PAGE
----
It is exactly two years to the day that Michael Jackson died from an overdose of propofol in Los Angeles, and Jamie King is sitting in his Montreal apartment taking a break from the challenging rehearsals for Cirque du Soleil’s Michael Jackson — The Immortal World Tour.
“I remember the exact moment I heard the news when Michael had passed away,” says King, softly. “I was in London with Madonna and we were in the O2 Arena doing her “Sticky & Sweet” tour. That is where Michael was supposed to come and launch his “This Is It!” tour. That was the last memory I have of him. Michael passed; we were there, and he was supposed to be coming there, but …”
It was the only rueful moment in an otherwise upbeat conversation centered around the multi-media live extravaganza King has written, designed and directed, in association with the Canadian theatrical company and the Michael Jackson estate. “So,” he adds, “to now be asked to immortalize Michael in this way, was just overwhelming.”
Organizers expect the traveling road show, which bows in Montreal on Oct. 2 before hitting 80 markets through September 2012, to play for a combined audience of 1.5 million stretched out over 180 performances, with revenues projected to exceed $1 billion.
Jackson’s multi-track vocals will be placed over a live band, which includes several key players who had toured with the pop star, such as keyboardist and music director Greg Phillinganes and drummer Jonathan “Sugarfoot” Moffett.
Patrons who expect a show similar to most Cirque du Soleil shows will likely be surprised.
“It’s different,” says Stephane Mongeau, executive producer for Cirque. “It’s a live concert with musicians, dancers and acrobats.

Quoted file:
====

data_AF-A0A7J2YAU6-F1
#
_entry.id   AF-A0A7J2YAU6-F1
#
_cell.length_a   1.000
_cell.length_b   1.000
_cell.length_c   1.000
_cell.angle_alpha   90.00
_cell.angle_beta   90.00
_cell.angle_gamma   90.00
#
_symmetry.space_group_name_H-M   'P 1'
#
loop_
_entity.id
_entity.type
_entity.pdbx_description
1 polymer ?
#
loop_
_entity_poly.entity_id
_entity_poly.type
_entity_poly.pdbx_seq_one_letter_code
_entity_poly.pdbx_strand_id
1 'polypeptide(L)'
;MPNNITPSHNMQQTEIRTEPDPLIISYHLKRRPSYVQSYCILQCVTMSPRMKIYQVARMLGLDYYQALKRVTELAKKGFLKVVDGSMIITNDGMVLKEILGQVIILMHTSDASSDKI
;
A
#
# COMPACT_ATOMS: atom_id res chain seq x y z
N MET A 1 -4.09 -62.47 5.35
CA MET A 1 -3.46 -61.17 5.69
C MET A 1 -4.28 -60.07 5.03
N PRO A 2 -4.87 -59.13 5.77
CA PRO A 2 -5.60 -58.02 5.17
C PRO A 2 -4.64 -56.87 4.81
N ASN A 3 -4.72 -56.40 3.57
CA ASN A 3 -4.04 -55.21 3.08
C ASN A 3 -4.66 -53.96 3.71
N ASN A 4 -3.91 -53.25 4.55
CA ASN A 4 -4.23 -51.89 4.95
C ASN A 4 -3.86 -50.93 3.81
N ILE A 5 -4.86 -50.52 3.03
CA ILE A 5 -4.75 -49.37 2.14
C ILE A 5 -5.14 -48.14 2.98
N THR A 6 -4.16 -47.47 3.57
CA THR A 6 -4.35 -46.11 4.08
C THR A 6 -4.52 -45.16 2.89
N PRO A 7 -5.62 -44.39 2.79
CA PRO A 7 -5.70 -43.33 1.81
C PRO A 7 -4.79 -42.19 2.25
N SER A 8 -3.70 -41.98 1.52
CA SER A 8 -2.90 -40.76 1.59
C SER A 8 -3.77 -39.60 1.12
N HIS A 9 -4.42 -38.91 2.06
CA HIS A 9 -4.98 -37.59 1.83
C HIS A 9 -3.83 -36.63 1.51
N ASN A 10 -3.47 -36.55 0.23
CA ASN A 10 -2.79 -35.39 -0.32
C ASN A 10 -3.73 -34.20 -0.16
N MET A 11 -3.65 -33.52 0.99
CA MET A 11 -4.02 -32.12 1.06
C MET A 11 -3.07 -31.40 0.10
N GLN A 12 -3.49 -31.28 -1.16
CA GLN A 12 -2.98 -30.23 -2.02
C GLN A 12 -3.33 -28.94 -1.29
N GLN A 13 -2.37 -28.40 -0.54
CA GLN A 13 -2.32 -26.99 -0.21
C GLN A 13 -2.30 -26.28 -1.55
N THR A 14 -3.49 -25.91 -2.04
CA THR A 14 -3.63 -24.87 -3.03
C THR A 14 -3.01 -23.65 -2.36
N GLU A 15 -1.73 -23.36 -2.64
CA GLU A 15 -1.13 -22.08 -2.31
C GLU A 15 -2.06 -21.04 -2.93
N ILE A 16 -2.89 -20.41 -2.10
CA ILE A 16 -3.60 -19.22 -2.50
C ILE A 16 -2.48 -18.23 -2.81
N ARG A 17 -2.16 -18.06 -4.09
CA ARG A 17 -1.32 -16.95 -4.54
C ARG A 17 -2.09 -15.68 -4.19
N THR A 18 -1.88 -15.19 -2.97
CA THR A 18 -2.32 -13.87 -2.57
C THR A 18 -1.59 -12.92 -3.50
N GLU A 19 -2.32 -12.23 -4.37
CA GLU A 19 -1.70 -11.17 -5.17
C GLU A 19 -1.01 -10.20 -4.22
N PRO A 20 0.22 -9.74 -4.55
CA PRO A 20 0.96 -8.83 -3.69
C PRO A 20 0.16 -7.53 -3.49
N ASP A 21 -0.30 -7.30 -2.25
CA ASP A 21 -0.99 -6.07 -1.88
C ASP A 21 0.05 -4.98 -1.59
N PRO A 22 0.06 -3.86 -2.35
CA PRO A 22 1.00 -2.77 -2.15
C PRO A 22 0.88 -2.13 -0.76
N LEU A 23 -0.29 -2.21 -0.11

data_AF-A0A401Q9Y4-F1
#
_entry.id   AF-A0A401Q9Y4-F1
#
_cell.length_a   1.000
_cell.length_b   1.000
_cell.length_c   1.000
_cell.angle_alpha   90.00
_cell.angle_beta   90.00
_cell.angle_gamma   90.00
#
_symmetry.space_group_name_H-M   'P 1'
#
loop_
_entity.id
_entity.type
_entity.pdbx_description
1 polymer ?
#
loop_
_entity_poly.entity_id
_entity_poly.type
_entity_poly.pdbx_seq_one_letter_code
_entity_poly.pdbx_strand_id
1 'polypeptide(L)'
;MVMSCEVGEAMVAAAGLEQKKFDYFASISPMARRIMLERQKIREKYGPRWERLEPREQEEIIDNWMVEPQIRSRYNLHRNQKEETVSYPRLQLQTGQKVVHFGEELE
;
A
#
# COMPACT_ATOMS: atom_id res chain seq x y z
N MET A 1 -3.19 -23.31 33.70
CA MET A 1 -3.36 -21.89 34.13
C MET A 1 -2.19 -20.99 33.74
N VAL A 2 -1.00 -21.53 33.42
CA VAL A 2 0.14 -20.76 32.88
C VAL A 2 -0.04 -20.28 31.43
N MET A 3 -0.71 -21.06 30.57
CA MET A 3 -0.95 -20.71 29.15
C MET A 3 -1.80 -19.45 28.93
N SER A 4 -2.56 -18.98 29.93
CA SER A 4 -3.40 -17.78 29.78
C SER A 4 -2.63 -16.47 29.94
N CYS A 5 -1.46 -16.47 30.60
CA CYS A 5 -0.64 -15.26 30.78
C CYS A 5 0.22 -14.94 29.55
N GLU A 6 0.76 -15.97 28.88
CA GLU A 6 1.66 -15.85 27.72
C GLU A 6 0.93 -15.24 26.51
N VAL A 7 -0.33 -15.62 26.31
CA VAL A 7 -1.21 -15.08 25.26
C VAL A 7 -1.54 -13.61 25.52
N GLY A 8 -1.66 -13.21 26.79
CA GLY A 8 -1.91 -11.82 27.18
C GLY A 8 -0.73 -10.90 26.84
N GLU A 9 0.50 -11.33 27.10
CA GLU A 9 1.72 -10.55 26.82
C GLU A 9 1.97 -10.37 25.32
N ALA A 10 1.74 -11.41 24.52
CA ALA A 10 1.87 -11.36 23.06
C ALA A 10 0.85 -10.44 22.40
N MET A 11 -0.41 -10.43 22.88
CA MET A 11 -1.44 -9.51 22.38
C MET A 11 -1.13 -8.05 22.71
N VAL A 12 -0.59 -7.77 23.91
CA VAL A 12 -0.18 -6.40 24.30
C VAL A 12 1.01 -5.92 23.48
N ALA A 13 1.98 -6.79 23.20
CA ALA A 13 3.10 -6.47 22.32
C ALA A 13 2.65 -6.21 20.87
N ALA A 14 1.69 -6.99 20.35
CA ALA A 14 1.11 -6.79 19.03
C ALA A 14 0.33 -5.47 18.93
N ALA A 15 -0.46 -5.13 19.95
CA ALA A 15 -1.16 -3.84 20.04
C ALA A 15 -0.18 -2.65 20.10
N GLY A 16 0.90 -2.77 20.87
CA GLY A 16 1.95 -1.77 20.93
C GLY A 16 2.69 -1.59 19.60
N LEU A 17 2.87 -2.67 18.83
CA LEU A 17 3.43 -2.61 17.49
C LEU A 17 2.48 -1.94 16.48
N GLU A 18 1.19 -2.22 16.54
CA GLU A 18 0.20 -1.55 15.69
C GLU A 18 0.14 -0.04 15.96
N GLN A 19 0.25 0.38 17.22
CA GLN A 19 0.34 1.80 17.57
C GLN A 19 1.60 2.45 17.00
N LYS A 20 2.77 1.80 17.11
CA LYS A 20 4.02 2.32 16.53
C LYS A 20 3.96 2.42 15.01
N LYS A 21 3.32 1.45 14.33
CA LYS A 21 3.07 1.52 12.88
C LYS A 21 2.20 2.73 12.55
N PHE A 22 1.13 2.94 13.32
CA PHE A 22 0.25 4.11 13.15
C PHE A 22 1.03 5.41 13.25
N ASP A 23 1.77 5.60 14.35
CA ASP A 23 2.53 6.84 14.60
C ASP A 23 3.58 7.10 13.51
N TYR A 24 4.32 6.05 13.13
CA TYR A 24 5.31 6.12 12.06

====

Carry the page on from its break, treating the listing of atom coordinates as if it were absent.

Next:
“We wanted to pay tribute to Michael, his music and his dancing, so we anchored the show in his home of Neverland.”
It was on a trip to Jackson’s former home nine months after his death that attorney John Branca and Interscope Records founder John McClain, co-executors of the late singer’s estate, laid the plans out to produce a show with Cirque founder/ CEO Guy Laliberte and Mongeau.
“We had been in touch with Jamie for five or six years just seeing what might be possible for us to create with him,” says Mongeau. “We were already dialed into him and had already started the conversation with Jamie about doing future shows involving him and Cirque. The Estate was well aware of Jamie, too. So, when that opportunity came to do this, his name was the first one we all thought of.”
The Immortal World Tour is Cirque’s third venture into merging pop icons with their other-worldly acrobatics. The Beatles Love and Viva Elvis remain nightly sell outs at their anchored Las Vegas theaters; but this is the first attempt to take a pop music-oriented show on tour.
“Michael will always be present during the show through video and new technology, especially holographic technology,” says King. “Most importantly, because it is a music-driven show, we’re working with Michael’s catalog. Michael is really the narrator, his voice will always be there.”
The set will be carried by 30 tractor-trailers, and was designed by Mark Fisher, whose clients have included Pink Floyd and David Bowie.
As in Jackson’s live performances, the energy will come from the dancing. “The iconic choreography of Michael Jackson is always referenced,” says King, who worked with Jackson for nearly two years as a dancer and choreographer. “What is great about the magic of Cirque, as you know, is that his dancing can now be imagined in a more magical way, that not even Michael could have envisioned. We can take the moonwalk and now imagine it, upside down, on the ceiling in the arena!”
With a development budget north of $50 million, the production touts 65 Jackson songs, including standard arrangements, remixes and mash-ups; Jackson’s choreography; and Cirque’s trademark acrobatics.
“It will be unlike any other rock show that you may have seen before,” boasts King, who began the project in March 2010. “It is a hybrid where we are taking the idea of a rock show and a Cirque show and taking it on the road.”
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